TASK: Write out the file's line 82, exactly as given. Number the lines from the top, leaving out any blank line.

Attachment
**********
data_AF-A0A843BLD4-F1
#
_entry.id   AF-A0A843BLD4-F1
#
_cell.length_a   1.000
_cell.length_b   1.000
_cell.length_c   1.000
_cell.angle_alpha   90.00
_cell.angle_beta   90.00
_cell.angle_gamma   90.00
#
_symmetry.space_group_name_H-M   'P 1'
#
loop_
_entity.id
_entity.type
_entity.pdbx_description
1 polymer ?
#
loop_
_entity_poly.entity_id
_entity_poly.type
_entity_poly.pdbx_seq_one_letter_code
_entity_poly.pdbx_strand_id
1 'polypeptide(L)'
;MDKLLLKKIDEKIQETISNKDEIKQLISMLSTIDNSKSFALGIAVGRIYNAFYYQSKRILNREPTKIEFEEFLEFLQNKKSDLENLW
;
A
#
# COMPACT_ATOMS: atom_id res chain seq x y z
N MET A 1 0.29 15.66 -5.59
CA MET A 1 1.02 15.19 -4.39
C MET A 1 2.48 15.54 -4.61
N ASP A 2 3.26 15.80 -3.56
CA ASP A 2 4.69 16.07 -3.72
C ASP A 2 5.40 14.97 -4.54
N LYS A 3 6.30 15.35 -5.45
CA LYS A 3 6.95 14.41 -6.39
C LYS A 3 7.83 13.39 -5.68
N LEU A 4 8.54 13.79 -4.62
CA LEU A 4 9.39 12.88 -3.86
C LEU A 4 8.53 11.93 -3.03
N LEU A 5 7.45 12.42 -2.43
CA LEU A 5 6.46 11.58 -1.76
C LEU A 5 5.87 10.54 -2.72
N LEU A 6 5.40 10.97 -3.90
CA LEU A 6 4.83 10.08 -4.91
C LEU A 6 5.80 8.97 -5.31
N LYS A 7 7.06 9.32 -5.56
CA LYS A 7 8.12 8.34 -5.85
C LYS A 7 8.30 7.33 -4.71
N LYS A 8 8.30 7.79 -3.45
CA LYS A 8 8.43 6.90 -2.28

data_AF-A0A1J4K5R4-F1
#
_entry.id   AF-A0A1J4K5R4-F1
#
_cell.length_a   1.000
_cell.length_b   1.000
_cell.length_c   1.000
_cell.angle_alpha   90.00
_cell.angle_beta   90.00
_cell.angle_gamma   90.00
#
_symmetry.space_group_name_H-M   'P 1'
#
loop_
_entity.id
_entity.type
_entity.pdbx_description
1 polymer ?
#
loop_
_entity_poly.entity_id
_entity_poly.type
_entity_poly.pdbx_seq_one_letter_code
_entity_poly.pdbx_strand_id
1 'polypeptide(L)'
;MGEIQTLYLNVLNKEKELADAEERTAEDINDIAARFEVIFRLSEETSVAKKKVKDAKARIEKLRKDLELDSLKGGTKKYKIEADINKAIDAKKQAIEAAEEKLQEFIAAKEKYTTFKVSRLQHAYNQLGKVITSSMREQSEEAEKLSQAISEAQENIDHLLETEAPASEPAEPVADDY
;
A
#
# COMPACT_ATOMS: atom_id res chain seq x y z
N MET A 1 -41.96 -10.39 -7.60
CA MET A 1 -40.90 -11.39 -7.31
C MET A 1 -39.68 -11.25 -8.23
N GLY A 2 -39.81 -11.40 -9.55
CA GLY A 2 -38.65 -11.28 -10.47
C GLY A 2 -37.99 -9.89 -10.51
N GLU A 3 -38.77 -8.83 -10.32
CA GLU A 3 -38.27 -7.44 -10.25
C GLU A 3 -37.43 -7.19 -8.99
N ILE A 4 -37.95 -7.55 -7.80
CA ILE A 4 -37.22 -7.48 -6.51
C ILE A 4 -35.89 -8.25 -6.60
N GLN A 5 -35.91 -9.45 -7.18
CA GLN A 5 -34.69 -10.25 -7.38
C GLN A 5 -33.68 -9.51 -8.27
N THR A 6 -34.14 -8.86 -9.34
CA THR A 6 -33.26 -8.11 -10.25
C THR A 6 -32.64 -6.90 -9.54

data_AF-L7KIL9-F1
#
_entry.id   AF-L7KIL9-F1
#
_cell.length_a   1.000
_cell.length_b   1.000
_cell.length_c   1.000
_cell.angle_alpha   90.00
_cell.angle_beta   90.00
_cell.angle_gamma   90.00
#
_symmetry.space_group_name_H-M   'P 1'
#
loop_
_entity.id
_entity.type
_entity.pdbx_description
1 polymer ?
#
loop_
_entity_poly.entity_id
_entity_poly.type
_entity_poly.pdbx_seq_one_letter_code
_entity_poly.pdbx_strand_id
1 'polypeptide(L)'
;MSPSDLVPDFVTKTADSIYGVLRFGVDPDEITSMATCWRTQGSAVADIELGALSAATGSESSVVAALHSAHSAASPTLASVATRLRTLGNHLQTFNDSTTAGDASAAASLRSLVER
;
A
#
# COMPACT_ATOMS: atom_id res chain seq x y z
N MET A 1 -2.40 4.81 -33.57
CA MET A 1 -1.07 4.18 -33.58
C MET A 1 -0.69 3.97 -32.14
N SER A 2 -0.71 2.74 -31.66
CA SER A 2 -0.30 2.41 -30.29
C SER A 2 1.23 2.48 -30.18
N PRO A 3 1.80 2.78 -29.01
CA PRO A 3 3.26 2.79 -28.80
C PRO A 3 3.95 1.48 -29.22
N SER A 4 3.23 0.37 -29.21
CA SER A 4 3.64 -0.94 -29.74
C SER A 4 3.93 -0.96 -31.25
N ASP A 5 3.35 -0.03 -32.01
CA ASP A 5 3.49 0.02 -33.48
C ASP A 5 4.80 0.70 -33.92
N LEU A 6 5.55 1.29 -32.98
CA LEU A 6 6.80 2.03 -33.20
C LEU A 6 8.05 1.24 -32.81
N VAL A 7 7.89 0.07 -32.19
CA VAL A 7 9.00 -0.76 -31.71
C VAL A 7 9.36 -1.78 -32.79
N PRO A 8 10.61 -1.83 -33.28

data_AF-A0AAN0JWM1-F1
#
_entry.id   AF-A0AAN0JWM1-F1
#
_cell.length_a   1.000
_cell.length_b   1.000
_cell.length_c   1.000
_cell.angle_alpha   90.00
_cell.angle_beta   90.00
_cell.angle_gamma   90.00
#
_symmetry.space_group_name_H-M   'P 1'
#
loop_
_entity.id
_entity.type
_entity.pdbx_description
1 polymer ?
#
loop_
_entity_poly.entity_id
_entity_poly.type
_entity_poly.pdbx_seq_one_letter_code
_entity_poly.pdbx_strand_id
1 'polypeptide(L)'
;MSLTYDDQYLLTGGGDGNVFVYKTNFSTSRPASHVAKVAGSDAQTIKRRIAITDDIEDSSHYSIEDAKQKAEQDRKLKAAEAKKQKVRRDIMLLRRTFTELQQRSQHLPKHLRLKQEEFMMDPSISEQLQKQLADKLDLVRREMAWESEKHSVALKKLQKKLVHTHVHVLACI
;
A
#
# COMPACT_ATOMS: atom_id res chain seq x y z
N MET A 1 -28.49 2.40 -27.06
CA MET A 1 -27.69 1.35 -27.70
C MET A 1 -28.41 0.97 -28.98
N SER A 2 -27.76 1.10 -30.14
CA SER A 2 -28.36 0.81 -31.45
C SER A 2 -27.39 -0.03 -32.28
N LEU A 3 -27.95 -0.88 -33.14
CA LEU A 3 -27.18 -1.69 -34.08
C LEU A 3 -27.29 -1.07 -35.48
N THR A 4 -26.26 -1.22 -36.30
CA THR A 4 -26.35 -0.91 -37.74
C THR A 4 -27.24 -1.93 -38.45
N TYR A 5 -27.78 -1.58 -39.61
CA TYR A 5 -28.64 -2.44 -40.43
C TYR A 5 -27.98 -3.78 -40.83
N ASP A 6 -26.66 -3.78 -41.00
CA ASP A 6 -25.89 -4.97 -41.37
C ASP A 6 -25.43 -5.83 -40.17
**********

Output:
#